Can't compile GHC

Mark Brooks jmb_personal at
Mon May 9 21:26:29 EDT 2005

>I think it should be if you want Haskell to grow in acceptance. The first 
>barrier that new potential users hit is the one that causes most people to 
>give up and move on to a different project. That first barrier should be 
>made as low as possible.

Without commenting on any of the other points raised in this thread, I must 
agree with this.

I am new to Haskell.  I consider becoming proficient in Haskell programming 
a worthy goal in itself.  However, making Haskell useful beyond an academic 
context is difficult because of the limitations you face with the tools, 
both in terms of installing and using those tools and the fact that some 
tools simply aren't available.  I say this because I have been evaluating 
Haskell for use in my senior project.  I need a stable and usable graphics 
toolkit for the project.  While graphics toolkits for Haskell do exist, they 
are oftentimes either translations of other bindings that don't quite work, 
incompatible between platforms, limited in their utility, or in some cases, 
abandonware that represented the heroic effort of a lone programmer that 
disappeared when that programmer lost interest or moved on to other 

I am not saying this to disparage the hard work of those who develop and 
maintain GHC and other Haskell compilers/runtime environments.  That work is 
very much appreciated.  And I can understand that people will become 
impatient when somebody expresses a sentiment in the form of "well, your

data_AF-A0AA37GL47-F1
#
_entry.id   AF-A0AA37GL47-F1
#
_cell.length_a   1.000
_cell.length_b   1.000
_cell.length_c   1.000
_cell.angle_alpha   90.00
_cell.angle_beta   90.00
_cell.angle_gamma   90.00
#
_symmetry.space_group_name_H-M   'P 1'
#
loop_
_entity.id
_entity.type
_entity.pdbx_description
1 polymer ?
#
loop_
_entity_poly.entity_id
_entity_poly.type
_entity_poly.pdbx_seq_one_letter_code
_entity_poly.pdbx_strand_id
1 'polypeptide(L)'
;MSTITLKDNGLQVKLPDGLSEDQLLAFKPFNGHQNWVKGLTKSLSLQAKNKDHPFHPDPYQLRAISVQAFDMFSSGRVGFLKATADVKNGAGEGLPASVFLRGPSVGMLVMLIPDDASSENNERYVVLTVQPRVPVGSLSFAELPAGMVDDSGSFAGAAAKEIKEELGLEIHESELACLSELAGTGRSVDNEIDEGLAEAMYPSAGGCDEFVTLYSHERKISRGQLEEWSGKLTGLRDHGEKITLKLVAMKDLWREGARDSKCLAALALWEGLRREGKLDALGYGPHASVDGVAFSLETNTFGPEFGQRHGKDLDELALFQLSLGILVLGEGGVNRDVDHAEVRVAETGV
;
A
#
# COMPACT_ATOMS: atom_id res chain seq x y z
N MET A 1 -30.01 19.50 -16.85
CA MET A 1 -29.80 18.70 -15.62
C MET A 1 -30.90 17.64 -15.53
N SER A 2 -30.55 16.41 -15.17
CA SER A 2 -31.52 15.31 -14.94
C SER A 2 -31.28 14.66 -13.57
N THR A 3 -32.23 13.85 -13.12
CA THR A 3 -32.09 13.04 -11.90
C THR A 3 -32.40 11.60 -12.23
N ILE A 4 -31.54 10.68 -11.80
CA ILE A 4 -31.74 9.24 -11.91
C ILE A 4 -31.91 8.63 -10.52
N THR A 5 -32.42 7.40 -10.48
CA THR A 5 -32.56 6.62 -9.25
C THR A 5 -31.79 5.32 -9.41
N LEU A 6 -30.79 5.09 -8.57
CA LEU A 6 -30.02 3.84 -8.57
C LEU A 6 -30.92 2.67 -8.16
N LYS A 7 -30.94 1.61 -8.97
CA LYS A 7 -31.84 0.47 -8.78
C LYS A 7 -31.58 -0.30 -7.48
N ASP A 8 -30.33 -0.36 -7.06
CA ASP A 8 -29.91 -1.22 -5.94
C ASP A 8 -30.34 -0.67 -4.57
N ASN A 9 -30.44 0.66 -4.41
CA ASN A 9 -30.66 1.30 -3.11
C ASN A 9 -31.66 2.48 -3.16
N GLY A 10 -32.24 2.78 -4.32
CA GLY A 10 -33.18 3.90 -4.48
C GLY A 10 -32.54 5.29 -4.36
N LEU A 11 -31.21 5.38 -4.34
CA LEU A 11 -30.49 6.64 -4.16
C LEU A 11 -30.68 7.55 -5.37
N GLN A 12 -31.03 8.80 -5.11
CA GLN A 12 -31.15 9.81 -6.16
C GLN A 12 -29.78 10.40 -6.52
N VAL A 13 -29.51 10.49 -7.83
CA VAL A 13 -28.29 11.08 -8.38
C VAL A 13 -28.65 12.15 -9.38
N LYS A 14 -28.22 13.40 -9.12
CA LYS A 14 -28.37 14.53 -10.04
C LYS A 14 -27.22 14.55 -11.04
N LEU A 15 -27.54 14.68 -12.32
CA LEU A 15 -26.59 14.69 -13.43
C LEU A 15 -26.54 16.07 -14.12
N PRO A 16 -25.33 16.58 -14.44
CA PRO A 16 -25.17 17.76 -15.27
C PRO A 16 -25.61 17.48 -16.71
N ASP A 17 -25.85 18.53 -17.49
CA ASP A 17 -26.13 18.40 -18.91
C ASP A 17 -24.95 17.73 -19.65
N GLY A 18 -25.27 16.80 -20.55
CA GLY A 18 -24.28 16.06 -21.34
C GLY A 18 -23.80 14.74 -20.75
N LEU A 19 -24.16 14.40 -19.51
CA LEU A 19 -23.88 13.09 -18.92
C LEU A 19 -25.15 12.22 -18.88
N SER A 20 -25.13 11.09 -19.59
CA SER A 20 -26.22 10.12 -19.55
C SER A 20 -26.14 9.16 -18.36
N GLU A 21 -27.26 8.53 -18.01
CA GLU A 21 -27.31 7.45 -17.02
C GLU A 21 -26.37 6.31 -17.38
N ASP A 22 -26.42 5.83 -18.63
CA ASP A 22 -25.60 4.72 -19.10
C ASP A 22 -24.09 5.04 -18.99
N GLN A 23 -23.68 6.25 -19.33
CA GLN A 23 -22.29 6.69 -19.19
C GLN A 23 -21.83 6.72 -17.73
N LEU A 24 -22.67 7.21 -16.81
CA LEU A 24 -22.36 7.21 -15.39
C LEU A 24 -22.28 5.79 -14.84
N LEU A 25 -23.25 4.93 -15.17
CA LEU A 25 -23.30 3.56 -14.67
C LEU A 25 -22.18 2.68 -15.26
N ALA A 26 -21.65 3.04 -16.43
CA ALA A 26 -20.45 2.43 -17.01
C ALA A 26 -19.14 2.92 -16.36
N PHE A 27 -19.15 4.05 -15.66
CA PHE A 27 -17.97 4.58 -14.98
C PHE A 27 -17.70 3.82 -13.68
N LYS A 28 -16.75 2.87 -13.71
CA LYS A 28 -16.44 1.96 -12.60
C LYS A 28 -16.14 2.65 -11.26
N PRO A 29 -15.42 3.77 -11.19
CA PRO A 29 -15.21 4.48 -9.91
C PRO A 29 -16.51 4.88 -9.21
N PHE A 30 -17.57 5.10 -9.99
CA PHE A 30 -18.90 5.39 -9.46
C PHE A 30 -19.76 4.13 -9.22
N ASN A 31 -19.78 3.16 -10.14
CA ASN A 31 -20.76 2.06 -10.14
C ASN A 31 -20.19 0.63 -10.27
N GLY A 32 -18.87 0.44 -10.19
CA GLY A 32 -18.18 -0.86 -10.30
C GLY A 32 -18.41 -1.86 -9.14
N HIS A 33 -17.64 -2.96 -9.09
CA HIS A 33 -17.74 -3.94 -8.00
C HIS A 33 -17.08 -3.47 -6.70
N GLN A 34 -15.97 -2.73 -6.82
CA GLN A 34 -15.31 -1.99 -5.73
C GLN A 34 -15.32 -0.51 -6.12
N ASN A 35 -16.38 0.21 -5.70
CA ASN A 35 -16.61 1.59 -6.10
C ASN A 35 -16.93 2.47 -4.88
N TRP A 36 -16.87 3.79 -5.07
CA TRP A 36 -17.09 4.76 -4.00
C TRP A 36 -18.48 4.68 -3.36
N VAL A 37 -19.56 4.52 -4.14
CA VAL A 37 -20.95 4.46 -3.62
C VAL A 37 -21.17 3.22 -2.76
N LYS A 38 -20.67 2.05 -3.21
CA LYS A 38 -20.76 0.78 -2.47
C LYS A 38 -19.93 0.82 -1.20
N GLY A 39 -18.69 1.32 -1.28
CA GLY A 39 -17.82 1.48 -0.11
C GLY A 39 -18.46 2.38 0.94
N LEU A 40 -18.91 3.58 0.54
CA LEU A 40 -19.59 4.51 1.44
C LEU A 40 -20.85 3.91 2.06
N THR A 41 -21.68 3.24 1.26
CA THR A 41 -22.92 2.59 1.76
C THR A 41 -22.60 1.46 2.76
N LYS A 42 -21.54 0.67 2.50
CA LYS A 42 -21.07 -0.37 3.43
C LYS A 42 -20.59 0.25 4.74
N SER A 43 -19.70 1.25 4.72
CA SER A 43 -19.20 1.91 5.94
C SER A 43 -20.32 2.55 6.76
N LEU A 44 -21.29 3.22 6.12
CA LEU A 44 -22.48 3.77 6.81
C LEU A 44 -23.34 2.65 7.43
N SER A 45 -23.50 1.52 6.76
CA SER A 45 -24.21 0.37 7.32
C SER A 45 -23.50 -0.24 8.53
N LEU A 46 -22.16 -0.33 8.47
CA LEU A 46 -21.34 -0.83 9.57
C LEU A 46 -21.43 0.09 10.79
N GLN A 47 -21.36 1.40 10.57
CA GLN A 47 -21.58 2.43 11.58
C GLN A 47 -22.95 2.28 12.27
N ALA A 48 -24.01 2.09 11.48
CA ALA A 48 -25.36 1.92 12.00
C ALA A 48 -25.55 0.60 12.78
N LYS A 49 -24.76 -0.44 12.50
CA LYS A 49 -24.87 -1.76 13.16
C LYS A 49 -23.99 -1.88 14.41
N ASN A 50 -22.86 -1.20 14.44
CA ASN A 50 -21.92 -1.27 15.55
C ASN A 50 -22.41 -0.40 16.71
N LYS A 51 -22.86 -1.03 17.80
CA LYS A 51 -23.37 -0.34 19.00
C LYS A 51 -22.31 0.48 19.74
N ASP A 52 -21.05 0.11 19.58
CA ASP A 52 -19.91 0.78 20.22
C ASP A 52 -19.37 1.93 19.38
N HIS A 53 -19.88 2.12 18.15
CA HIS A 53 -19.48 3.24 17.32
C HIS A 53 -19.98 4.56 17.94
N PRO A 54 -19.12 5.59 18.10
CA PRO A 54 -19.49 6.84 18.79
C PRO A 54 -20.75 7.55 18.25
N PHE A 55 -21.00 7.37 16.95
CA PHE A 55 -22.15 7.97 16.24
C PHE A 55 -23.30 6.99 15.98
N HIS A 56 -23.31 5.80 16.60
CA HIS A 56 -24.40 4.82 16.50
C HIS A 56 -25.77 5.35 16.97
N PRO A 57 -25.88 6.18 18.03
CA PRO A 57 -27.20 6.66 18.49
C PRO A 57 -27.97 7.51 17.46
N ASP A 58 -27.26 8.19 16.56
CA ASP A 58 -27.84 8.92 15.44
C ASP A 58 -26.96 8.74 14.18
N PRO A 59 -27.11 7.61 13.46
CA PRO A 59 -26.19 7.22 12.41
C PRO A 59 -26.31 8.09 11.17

product sucks so I'm going to use somebody else's".  GHC is a good product. 
Haskell is not GHC or any particular implementation, although in the end, 
the utility of the platform can determine the success of the language.  
Python is easier to use because it has a larger standard API and 
considerable effort has gone into making it portable across many platforms.  
This may be a simple issue of resources, I don't know.

It is my understanding that those who participated in creating and 
standardizing Haskell did so with the goal of reducing the proliferation of 
functional programming languages and creating a functional programming 
language that would combine "best practice" features and promote the use of 
this programming model in preference to the older imperative style.  But at 
the end of the day, you have to be able to use it to do "stuff".  A devotion 
to a good concept only goes so far if the second-best concept can get 
"stuff" done with a fraction of the effort.

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